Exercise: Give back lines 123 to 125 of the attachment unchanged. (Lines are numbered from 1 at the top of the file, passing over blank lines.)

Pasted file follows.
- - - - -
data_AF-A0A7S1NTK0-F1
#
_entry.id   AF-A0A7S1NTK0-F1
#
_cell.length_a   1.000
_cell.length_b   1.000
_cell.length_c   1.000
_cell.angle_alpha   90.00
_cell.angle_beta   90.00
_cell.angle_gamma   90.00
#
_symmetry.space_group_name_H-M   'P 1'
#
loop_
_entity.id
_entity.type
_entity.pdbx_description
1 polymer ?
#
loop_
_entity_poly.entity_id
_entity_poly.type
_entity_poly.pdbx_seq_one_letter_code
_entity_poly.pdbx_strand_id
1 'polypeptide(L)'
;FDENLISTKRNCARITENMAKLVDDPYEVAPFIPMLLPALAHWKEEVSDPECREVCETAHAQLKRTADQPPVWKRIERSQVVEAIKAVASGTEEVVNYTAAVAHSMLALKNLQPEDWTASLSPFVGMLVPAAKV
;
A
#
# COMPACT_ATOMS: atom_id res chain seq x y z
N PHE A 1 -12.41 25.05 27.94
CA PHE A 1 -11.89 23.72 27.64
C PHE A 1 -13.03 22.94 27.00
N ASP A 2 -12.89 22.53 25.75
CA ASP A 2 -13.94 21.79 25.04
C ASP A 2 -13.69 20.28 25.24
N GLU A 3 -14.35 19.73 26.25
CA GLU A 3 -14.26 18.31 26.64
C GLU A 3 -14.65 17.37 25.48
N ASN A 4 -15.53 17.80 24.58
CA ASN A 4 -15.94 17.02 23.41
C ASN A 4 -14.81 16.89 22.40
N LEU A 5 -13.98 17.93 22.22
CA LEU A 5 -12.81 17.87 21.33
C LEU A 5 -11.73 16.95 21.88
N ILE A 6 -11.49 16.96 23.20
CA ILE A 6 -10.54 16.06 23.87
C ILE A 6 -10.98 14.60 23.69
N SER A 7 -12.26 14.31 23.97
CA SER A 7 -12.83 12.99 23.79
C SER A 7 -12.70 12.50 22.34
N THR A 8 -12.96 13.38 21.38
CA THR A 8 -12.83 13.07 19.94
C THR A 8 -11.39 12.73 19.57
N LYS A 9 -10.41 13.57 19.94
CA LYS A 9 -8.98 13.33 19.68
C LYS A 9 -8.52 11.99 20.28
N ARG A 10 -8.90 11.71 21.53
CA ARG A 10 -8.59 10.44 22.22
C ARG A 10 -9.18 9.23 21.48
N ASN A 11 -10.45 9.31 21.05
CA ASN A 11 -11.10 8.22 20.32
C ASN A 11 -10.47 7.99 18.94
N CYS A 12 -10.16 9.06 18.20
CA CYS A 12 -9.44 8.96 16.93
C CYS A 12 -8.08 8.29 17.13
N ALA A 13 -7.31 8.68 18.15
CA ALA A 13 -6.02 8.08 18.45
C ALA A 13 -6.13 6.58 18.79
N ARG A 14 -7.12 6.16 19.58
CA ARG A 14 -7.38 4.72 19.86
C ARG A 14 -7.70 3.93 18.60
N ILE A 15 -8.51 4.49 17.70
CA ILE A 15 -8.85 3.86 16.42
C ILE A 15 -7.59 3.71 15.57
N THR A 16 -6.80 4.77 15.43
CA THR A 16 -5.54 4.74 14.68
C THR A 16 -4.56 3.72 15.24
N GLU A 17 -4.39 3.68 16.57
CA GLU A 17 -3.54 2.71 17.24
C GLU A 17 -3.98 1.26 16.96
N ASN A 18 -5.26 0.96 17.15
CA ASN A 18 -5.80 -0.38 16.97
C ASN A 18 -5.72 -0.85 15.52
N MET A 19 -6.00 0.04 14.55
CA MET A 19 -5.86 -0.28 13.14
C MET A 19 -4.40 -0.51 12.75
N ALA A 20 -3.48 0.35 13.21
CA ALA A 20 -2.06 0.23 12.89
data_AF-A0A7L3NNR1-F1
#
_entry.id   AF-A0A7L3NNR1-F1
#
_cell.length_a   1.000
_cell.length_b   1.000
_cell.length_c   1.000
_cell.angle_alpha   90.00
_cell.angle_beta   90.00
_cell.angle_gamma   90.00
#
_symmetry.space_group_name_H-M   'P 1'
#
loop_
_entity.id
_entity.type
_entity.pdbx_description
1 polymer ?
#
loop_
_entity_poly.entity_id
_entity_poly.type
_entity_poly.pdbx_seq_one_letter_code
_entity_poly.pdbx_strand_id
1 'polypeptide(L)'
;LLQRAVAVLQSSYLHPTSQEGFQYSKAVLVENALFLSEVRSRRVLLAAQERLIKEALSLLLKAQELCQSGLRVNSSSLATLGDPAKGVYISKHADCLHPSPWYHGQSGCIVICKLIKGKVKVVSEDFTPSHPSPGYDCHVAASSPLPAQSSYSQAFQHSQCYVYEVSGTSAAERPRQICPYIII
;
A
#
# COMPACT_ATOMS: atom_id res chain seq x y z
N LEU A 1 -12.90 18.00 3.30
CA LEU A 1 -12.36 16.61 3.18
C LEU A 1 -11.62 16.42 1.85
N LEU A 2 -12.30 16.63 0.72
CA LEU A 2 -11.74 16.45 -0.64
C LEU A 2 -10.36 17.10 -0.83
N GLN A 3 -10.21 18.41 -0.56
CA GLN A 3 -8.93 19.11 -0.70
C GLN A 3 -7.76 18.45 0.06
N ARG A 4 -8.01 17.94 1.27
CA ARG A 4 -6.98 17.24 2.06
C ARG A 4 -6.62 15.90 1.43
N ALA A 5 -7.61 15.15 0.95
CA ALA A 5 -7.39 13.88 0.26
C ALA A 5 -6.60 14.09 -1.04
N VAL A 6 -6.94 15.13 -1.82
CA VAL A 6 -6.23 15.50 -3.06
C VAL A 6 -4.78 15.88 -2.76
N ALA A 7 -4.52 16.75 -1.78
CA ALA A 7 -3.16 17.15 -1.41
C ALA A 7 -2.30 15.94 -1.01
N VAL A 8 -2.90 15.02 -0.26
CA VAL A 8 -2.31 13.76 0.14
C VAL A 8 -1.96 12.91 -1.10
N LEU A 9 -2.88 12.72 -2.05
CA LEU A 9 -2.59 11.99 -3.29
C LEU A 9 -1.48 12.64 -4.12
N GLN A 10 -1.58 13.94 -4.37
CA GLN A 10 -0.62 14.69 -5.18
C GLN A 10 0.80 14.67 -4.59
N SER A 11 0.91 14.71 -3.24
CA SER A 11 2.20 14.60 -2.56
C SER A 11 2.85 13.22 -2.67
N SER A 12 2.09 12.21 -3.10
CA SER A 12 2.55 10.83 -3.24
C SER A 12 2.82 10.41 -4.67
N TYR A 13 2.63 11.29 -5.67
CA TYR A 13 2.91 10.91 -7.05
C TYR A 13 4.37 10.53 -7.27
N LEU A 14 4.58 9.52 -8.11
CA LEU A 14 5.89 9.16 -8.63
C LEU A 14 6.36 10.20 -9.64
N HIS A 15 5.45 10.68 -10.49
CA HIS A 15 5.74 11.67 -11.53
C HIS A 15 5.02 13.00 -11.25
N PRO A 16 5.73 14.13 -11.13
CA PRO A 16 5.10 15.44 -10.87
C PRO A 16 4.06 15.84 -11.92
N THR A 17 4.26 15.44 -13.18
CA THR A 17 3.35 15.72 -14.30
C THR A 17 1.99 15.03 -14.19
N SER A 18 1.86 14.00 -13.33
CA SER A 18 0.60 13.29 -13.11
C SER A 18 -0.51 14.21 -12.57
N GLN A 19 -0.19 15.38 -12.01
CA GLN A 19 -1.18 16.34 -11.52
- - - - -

N LEU A 2 -12.30 16.63 0.72
CA LEU A 2 -11.74 16.45 -0.64
C LEU A 2 -10.36 17.10 -0.83